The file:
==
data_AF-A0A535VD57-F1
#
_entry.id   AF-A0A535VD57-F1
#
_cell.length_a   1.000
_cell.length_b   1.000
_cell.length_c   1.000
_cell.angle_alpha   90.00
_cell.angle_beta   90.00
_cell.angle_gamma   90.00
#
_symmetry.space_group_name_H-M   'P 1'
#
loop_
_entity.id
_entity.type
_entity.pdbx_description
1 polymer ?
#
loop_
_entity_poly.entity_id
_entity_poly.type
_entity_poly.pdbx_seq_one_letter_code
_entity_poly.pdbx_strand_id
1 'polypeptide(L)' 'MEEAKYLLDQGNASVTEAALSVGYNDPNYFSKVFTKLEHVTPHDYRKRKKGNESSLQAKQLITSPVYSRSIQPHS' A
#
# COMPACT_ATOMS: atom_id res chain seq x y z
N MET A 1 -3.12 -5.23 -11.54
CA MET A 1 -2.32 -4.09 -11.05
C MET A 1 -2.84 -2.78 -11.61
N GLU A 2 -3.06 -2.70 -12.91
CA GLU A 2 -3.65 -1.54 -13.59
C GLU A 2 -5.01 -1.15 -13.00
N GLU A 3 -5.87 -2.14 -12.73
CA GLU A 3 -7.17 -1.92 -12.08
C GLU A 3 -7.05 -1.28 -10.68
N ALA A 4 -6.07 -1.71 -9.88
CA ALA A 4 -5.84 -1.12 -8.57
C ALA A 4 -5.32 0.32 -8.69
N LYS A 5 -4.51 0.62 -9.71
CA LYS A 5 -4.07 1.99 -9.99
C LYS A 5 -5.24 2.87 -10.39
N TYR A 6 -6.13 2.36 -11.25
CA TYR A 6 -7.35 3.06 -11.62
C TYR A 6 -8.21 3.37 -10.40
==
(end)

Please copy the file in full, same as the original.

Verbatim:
data_AF-A0A535VD57-F1
#
_entry.id   AF-A0A535VD57-F1
#
_cell.length_a   1.000
_cell.length_b   1.000
_cell.length_c   1.000
_cell.angle_alpha   90.00
_cell.angle_beta   90.00
_cell.angle_gamma   90.00
#
_symmetry.space_group_name_H-M   'P 1'
#
loop_
_entity.id
_entity.type
_entity.pdbx_description
1 polymer ?
#
loop_
_entity_poly.entity_id
_entity_poly.type
_entity_poly.pdbx_seq_one_letter_code
_entity_poly.pdbx_strand_id
1 'polypeptide(L)' 'MEEAKYLLDQGNASVTEAALSVGYNDPNYFSKVFTKLEHVTPHDYRKRKKGNESSLQAKQLITSPVYSRSIQPHS' A
#
# COMPACT_ATOMS: atom_id res chain seq x y z
N MET A 1 -3.12 -5.23 -11.54
CA MET A 1 -2.32 -4.09 -11.05
C MET A 1 -2.84 -2.78 -11.61
N GLU A 2 -3.06 -2.70 -12.91
CA GLU A 2 -3.65 -1.54 -13.59
C GLU A 2 -5.01 -1.15 -13.00
N GLU A 3 -5.87 -2.14 -12.73
CA GLU A 3 -7.17 -1.92 -12.08
C GLU A 3 -7.05 -1.28 -10.68
N ALA A 4 -6.07 -1.71 -9.88
CA ALA A 4 -5.84 -1.12 -8.57
C ALA A 4 -5.32 0.32 -8.69
N LYS A 5 -4.51 0.62 -9.71
CA LYS A 5 -4.07 1.99 -9.99
C LYS A 5 -5.24 2.87 -10.39
N TYR A 6 -6.13 2.36 -11.25
CA TYR A 6 -7.35 3.06 -11.62
C TYR A 6 -8.21 3.37 -10.40